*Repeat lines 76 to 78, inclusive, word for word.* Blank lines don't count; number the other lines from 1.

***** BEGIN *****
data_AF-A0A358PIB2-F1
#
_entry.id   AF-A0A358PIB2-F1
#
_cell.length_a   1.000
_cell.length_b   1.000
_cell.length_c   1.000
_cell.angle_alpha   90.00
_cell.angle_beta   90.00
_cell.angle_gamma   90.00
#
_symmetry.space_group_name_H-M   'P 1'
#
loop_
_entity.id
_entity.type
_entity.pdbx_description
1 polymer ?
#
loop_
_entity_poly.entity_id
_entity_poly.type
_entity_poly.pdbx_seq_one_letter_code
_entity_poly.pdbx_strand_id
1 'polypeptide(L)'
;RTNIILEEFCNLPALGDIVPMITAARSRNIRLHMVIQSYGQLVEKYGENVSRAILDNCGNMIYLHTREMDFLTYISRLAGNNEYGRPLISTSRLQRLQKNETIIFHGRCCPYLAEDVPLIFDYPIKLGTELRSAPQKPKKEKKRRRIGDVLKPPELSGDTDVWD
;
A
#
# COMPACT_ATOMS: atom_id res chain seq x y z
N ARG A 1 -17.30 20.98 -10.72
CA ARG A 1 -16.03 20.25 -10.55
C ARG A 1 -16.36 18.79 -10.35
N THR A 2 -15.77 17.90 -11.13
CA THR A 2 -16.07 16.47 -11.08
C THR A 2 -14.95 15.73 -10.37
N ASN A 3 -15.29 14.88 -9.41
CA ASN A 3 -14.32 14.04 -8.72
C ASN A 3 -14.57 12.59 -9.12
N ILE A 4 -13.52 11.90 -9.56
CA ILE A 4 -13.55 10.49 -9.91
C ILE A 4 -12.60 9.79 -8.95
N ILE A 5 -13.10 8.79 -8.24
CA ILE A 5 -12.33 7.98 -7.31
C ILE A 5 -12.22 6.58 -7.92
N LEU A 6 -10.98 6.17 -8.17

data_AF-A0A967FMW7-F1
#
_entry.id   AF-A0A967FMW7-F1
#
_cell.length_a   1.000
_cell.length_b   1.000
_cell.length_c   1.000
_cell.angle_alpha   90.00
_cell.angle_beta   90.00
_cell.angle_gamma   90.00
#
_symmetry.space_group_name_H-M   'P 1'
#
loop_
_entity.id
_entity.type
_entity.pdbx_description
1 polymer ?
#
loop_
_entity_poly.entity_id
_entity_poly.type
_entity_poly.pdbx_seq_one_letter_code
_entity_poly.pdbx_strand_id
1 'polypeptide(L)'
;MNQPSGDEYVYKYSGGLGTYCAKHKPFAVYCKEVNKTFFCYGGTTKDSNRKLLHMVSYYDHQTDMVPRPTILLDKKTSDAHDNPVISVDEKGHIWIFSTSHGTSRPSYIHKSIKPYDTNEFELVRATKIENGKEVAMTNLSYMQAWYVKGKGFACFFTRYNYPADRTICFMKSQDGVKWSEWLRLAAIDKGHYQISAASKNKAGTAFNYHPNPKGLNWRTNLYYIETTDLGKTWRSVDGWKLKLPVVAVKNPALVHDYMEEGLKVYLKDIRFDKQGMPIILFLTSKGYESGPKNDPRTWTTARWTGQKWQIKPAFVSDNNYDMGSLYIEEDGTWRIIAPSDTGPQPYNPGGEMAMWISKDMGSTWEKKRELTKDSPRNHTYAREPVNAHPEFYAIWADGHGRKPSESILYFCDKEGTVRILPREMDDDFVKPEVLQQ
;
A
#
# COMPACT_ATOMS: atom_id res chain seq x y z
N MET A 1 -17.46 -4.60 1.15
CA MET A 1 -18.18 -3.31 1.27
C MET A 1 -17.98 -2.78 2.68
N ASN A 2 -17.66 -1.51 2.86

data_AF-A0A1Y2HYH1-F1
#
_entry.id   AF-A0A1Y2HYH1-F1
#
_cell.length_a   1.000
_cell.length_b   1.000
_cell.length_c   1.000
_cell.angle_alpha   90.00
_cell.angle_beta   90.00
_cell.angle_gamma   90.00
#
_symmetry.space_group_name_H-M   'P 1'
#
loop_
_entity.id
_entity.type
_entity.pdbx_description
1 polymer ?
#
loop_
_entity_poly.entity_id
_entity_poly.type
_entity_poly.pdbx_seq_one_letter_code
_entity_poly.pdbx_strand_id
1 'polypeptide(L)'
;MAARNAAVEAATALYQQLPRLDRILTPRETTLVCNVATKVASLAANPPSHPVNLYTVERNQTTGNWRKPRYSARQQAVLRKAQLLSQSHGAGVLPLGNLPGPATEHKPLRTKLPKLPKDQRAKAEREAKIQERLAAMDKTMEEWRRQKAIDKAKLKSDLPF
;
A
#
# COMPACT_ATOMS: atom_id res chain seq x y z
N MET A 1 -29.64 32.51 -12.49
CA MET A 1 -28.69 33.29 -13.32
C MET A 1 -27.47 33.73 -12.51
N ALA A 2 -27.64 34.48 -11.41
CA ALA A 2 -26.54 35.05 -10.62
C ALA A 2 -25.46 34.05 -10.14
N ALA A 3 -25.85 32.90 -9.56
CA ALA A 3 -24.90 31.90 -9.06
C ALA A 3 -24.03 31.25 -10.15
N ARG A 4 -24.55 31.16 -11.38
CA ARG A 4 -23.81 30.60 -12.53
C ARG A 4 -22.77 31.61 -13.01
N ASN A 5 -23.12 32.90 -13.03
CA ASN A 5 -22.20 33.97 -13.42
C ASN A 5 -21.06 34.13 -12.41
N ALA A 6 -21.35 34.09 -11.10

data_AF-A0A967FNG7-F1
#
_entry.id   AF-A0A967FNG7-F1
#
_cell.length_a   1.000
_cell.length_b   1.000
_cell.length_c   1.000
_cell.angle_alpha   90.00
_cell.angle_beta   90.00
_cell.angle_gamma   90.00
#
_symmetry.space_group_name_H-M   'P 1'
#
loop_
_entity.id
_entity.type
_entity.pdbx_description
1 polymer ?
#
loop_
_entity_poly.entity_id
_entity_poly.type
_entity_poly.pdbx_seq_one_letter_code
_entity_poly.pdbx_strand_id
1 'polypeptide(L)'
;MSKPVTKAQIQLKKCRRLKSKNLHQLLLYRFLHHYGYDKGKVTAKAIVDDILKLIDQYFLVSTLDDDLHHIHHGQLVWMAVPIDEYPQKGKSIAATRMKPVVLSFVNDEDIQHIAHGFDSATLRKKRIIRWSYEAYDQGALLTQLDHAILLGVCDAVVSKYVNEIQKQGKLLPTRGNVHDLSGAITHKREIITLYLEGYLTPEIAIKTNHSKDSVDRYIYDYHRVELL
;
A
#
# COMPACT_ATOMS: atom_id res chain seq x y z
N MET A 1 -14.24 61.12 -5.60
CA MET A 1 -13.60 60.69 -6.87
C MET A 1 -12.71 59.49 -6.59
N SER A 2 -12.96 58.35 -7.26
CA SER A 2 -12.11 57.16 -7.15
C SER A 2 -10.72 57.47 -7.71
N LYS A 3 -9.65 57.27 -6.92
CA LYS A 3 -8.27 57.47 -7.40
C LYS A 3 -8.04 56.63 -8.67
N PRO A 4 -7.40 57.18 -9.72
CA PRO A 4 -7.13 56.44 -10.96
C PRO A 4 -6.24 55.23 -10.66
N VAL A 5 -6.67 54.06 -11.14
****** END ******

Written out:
# COMPACT_ATOMS: atom_id res chain seq x y z
N MET A 1 -17.46 -4.60 1.15
CA MET A 1 -18.18 -3.31 1.27